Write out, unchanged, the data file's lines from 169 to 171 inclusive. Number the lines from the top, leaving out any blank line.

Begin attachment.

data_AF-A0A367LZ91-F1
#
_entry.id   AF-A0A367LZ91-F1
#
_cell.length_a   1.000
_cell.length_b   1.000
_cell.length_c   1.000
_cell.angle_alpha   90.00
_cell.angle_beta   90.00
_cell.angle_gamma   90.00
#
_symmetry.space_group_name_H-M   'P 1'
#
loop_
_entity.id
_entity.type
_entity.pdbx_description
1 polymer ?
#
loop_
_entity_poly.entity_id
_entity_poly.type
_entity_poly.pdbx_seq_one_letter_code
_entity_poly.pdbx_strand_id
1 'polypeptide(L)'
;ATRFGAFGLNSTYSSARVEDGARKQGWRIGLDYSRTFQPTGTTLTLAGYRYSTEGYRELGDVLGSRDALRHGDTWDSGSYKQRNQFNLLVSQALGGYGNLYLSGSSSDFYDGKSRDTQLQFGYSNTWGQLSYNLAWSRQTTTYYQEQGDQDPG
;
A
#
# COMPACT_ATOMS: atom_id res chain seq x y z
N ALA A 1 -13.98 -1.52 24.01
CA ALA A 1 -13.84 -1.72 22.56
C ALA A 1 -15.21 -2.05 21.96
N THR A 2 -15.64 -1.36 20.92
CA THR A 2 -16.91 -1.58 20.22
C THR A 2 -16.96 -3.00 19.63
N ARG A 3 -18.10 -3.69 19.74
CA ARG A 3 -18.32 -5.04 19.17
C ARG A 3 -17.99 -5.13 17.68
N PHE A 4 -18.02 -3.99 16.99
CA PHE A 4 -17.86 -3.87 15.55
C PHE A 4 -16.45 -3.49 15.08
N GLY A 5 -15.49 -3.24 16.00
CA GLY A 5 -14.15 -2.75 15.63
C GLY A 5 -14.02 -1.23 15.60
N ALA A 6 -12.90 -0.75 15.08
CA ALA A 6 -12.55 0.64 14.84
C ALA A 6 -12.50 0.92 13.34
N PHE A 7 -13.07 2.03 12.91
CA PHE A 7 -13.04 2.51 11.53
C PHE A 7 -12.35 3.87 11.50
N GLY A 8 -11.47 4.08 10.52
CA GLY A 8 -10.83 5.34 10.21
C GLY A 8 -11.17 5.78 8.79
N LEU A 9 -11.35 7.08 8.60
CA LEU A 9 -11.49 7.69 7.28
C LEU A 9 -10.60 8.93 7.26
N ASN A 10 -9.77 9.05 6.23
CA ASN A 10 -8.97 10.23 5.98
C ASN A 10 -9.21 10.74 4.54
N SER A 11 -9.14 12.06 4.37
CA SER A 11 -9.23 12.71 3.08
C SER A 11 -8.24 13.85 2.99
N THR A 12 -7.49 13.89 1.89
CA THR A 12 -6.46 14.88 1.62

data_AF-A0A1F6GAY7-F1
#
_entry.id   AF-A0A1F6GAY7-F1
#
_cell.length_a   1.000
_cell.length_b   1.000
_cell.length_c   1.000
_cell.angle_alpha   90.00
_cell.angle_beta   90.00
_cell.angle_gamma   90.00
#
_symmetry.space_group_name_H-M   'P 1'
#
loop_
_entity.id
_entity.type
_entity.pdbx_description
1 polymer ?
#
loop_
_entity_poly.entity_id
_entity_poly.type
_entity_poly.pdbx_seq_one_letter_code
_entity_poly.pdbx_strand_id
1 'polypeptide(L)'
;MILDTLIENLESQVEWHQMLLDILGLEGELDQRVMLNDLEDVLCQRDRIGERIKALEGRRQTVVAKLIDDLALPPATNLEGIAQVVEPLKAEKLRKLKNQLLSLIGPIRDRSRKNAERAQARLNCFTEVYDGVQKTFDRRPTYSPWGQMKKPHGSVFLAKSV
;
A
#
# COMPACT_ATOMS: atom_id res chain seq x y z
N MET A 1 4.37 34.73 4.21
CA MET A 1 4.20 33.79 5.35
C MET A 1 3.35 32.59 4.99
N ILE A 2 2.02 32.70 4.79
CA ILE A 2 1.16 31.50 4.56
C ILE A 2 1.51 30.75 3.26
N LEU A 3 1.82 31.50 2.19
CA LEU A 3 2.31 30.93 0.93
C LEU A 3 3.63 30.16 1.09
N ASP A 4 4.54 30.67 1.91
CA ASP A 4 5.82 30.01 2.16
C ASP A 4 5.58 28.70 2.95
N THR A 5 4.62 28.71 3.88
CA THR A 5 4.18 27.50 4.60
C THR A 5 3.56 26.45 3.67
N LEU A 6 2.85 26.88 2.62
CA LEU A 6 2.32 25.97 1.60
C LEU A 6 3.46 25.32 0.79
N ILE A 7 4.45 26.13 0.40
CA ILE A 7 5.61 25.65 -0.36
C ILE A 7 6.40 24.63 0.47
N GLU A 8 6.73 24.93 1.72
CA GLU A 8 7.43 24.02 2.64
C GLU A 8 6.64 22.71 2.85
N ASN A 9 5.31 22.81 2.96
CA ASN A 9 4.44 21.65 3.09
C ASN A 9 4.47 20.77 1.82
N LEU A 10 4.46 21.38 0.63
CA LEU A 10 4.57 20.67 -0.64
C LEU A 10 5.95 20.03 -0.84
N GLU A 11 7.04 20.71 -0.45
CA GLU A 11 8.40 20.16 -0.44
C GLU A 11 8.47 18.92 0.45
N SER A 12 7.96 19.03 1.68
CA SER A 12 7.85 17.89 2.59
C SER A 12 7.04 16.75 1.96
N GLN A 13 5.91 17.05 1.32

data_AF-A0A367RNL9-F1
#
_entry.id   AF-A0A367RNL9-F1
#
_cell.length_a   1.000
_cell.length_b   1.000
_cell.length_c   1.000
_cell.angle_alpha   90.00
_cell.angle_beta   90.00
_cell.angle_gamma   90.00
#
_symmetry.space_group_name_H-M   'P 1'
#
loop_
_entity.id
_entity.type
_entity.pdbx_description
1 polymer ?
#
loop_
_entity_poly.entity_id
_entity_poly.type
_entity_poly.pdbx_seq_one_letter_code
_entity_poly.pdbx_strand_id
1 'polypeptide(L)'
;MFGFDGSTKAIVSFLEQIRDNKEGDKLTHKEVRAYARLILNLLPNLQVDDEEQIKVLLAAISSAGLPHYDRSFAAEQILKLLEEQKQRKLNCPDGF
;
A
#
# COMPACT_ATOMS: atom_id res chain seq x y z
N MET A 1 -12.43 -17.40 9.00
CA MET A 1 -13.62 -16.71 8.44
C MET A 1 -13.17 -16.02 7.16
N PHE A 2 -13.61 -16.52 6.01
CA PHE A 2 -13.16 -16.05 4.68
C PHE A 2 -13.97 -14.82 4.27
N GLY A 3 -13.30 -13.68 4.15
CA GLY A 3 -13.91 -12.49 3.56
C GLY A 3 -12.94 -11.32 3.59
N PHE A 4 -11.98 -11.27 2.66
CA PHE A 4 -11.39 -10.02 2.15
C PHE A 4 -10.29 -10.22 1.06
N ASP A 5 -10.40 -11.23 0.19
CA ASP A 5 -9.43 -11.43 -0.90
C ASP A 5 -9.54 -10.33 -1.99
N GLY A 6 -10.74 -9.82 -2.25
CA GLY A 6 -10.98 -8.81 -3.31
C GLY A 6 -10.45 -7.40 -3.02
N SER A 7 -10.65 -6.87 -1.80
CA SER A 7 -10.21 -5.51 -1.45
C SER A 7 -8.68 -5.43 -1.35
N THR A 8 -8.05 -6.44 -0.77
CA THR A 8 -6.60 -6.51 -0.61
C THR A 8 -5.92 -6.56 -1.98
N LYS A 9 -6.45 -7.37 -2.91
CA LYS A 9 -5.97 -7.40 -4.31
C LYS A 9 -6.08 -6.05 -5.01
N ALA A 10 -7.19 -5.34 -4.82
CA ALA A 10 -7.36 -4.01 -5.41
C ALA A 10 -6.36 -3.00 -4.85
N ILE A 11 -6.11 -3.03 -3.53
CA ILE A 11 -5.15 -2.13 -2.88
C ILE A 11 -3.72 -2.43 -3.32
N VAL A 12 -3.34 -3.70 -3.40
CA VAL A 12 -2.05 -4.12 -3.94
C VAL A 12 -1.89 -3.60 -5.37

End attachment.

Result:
N GLY A 3 -13.30 -13.68 4.15
CA GLY A 3 -13.91 -12.49 3.56
C GLY A 3 -12.94 -11.32 3.59